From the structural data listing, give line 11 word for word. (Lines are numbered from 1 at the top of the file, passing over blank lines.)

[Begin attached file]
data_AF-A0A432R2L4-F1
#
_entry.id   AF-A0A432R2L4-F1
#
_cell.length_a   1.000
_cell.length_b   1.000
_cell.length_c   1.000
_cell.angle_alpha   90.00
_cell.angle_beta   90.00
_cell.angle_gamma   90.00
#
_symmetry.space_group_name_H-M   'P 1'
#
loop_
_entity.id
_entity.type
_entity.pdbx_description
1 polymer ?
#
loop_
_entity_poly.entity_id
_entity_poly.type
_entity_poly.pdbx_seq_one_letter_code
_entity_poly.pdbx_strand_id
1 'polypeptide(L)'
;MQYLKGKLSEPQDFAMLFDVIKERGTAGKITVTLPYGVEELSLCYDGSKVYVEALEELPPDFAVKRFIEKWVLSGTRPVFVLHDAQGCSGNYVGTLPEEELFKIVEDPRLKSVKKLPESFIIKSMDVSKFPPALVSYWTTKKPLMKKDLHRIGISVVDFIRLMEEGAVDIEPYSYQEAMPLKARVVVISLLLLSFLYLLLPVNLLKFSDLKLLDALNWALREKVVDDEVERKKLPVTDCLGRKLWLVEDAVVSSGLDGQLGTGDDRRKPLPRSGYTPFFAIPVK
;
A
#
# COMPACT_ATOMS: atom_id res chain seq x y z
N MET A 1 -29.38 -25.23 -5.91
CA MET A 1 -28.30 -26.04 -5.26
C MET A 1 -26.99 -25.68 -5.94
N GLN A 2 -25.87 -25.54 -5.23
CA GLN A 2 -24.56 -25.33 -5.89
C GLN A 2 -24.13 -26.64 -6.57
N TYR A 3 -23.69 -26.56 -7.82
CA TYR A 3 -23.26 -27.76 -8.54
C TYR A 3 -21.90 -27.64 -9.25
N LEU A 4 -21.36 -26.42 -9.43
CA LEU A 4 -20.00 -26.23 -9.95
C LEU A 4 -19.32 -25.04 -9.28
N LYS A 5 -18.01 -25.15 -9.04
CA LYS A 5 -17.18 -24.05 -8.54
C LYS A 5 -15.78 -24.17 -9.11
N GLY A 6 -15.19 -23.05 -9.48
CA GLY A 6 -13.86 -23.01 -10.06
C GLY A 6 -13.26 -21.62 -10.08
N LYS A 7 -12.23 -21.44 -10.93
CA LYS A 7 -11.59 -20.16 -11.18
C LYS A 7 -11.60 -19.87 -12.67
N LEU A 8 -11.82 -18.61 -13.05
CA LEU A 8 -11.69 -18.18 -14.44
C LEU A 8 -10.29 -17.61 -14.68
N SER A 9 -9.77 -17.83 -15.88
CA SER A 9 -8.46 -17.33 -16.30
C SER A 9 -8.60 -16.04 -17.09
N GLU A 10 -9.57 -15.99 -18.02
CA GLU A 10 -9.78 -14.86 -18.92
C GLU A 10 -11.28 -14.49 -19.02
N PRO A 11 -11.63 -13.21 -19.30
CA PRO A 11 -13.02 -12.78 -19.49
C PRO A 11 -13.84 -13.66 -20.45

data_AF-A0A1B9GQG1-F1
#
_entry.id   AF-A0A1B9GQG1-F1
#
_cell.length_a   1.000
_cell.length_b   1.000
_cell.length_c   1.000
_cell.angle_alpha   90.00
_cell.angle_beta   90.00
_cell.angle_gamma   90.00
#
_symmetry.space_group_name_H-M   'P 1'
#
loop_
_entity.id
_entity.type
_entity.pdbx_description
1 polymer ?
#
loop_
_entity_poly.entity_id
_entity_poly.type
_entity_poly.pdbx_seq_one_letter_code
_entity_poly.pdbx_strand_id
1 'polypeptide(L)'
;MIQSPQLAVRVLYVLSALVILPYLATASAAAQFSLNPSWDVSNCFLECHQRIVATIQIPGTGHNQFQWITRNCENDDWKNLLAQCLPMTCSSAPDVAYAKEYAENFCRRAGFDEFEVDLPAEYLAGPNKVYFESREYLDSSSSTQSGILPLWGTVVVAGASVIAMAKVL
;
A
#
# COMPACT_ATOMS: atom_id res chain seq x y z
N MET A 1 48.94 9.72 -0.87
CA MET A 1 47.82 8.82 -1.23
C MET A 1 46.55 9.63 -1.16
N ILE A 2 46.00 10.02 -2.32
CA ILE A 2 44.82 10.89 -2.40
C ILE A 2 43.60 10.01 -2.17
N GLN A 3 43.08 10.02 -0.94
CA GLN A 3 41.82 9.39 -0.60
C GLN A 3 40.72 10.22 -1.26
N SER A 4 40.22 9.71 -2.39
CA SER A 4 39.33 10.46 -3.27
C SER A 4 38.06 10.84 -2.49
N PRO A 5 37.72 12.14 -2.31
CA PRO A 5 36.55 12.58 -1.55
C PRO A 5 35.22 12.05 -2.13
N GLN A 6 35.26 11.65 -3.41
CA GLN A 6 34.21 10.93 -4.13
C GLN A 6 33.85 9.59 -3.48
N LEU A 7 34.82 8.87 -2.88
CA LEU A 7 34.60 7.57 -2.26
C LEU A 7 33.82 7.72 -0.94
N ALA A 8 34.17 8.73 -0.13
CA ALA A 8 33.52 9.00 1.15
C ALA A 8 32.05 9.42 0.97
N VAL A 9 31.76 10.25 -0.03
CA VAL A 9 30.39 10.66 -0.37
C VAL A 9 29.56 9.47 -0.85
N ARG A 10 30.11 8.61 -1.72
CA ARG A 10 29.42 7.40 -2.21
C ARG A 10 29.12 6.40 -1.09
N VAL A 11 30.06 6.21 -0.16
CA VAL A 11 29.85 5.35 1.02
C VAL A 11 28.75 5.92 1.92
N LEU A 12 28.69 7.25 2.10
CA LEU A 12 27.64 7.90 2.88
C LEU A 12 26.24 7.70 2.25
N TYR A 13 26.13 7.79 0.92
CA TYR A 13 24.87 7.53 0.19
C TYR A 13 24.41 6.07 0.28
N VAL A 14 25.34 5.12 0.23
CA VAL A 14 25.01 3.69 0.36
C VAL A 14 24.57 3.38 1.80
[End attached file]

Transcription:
#